Patrick Brown, a fellow at the conservative Ethics and Public Policy Center, acknowledged dealing with appropriations is going to be a major test for Johnson. But he said conservatives should feel confident the new Speaker won’t sweep their concerns aside in the interest of a deal with the Senate and the White House.

“It’s only one chamber of a divided government. So the idea that he’s going to come in with ‘we’re all in on abortion all the time,’ obviously, that’s not true. I don’t think anybody wants him to do that,” Brown said. “But, when we’re talking about [appropriation] deals or whatever it is, having somebody who has those priorities first and foremost at top of mind, may make him a little more willing to negotiate on some things that aren’t in that core bucket.”

Johnson has a long history of supporting anti-abortion and anti-LGBTQ policies. He has worked to close abortion clinics in Louisiana and twice defended the state’s same-sex marriage ban.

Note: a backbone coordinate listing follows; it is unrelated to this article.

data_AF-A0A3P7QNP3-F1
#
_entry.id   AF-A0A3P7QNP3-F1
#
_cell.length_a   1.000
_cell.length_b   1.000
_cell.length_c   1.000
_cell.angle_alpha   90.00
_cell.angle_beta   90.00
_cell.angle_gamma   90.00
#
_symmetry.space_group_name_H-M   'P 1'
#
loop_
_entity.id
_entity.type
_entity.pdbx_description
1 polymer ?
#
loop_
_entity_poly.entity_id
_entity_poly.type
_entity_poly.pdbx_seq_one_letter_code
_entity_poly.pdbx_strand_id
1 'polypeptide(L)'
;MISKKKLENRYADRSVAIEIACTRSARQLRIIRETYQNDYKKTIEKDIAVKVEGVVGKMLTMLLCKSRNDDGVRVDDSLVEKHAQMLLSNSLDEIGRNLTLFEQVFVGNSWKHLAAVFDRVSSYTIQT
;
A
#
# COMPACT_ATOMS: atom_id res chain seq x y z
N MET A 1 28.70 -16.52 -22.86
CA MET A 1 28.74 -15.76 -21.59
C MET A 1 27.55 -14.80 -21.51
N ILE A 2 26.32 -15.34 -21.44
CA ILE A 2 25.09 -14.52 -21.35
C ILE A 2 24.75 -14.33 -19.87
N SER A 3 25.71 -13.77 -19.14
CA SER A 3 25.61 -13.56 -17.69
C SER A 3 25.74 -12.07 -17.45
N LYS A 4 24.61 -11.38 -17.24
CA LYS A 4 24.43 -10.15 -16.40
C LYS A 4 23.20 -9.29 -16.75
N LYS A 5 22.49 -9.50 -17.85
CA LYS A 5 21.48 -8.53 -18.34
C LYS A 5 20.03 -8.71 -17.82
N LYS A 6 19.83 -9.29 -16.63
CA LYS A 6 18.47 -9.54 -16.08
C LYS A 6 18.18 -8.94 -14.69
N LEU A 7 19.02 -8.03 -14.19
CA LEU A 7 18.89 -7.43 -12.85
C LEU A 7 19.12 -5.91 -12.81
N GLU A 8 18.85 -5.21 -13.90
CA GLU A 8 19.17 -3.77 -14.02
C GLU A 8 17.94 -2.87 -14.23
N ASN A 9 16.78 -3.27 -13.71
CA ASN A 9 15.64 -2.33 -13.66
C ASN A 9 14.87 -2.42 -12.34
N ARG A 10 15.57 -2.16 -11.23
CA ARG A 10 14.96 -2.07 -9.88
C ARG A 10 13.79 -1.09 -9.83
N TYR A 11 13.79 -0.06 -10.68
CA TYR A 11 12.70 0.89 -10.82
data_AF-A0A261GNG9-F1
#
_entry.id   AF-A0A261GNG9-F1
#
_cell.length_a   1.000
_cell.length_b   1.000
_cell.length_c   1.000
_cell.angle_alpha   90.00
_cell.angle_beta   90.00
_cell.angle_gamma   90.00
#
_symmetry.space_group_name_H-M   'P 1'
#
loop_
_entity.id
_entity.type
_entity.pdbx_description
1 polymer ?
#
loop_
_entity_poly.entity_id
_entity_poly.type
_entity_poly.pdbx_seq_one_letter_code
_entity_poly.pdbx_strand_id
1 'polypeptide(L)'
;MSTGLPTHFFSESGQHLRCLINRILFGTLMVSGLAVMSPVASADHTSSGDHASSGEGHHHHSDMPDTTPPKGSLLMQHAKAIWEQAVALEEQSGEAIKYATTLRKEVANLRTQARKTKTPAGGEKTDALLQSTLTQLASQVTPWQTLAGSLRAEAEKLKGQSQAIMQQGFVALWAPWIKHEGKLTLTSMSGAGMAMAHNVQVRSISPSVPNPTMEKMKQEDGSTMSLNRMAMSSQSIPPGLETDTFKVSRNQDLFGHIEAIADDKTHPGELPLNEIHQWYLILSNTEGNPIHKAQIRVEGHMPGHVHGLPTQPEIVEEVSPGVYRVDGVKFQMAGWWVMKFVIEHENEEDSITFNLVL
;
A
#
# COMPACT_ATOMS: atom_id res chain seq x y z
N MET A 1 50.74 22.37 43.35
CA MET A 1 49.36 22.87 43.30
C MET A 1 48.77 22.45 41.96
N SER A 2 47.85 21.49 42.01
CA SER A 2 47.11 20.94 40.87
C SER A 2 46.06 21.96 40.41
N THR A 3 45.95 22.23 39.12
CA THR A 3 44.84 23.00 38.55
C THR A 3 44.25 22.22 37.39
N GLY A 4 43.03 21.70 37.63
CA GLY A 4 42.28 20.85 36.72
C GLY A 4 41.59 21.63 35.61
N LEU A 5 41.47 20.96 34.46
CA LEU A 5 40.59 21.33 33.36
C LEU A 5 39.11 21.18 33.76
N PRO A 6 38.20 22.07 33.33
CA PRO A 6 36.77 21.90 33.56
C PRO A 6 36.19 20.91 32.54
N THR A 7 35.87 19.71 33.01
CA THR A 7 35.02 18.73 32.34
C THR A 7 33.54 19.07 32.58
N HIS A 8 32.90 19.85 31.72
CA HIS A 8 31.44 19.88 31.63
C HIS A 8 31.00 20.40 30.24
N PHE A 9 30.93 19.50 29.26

Democrats and abortion rights groups are already seizing on Johnson’s anti-abortion record and appear ready to use it as a cudgel against the GOP conference ahead of the 2024 elections.

Still, he told Hannity that he respects “the rule of law,” and that when the Supreme Court issued its opinion in Obergefell v. Hodges legalizing same-sex marriage, “that became the law of the land.”

Prior to the Dobbs decision that overturned Roe v. Wade, Johnson said abortion should be left to the states.

But he’s earned an “A+” rating from the powerful anti-abortion group Susan B. Anthony (SBA) Pro-Life America and has co-sponsored and advocated for legislation that would put federal limits on abortion.